William Lawes, Consorts to the Organ, Phantasm

Lawes’ consort setts in five and six parts represent such a critical part of the viol consort literature that the release of a new recording by an important ensemble is always a keenly  awaited event. And now, after recordings that have embraced the consort music of Jenkins, Ward and Byrd, Phantasm has turned its attention to this cornerstone of the literature. Although this recording does not lack for companions in the discography – recordings by Fretwork (1990, available on Virgin Veritas) and Hespèrion XXI (2002, Alia Vox – a recording making use of violins and pardessus de viole for the upper parts in addition to standard treble viols) provide valuable contributions to the discography of Lawes – this recording to my mind represents the most polished and sophisticated reading of these consort setts available.
The principal challenge of Lawes, and indeed of much consort music – taking responsibility at the individual level for the whole shape of the work, knowing when to be present and when not to be – is more than capably met in these performances. The familiarity of all players with all of the parts of the composition oozes from every phrase; at the same time, the physiognomy of the whole composition never recedes from view. Phantasm willingly embraces the whole gamut of Lawes’ expression. The paven of the G minor six-part sett glows with an intense severity; the scattered fragments of themes at the start of C major five-part sett find a radiant unity by the end of the movement; the first fantasy of the F major six-part sett fairly glows; several of the aires are enlivened by a Biber-like skittishness and coquetry. Phantasm also never backs away from the barbarity of certain movements: no shying away from the angularity of the fantasy that opens the C minor five-part sett nor from the cross-relations of the opening fantasy of the A minor five-part sett for this ensemble. In fact, the C minor fantasy feels as if it has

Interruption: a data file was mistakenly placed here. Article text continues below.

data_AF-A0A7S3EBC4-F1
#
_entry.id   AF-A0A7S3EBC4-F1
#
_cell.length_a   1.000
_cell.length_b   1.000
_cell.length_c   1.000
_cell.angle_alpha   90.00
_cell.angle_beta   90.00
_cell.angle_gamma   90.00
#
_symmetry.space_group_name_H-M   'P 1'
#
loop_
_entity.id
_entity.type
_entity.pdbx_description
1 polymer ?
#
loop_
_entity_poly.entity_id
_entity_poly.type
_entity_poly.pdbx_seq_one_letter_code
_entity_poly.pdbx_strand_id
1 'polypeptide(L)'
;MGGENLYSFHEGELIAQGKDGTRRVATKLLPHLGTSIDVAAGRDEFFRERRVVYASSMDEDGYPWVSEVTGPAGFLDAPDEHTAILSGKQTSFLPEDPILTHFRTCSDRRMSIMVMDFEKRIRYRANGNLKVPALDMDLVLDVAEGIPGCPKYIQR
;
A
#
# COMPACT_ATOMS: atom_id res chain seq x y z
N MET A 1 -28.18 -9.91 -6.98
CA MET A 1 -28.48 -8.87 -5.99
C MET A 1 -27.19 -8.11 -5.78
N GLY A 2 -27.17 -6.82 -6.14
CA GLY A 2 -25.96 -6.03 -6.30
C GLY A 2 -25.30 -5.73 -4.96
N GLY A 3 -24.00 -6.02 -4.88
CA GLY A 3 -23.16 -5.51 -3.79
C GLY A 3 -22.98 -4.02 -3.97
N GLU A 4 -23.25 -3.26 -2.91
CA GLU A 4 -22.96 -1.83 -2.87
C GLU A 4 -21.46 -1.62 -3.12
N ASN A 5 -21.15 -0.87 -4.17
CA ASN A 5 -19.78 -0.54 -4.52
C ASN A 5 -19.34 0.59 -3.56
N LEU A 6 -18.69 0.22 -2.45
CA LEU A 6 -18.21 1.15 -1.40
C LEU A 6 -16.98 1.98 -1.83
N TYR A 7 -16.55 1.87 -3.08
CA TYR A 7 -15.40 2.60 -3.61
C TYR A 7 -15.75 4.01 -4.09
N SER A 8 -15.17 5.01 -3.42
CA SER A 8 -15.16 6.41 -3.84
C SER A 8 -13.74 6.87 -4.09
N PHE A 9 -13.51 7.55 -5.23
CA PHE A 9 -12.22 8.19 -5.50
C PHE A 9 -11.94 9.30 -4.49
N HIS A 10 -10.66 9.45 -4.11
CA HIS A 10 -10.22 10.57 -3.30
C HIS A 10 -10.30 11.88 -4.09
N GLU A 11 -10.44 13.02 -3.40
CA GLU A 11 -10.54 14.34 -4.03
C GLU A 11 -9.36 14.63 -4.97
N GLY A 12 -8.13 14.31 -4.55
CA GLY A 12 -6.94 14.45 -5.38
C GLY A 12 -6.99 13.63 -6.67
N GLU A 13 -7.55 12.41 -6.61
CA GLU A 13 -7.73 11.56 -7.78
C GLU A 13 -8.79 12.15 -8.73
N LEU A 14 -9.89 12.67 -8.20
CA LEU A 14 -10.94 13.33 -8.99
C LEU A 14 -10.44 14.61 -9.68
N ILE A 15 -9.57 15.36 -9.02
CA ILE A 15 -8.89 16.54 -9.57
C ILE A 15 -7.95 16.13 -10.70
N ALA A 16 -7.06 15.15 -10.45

been carved with the sculptor’s chisel from intractable marble – this is a truly gripping performance.
Perhaps the most significant achievement of these performances, though, is the commitment to the works from the listener’s point of view; although individual motifs and lines are allowed to shine, each movement is welded into a coherent whole, often enlivened and underlined with a sense of Baroque drama, especially in those arresting moments of unexpected harmonic shift that mark many of the Lawes consorts.
A highly recommended recording and a must for the collections of all lovers of this music.


Sep 2012


John Weretka

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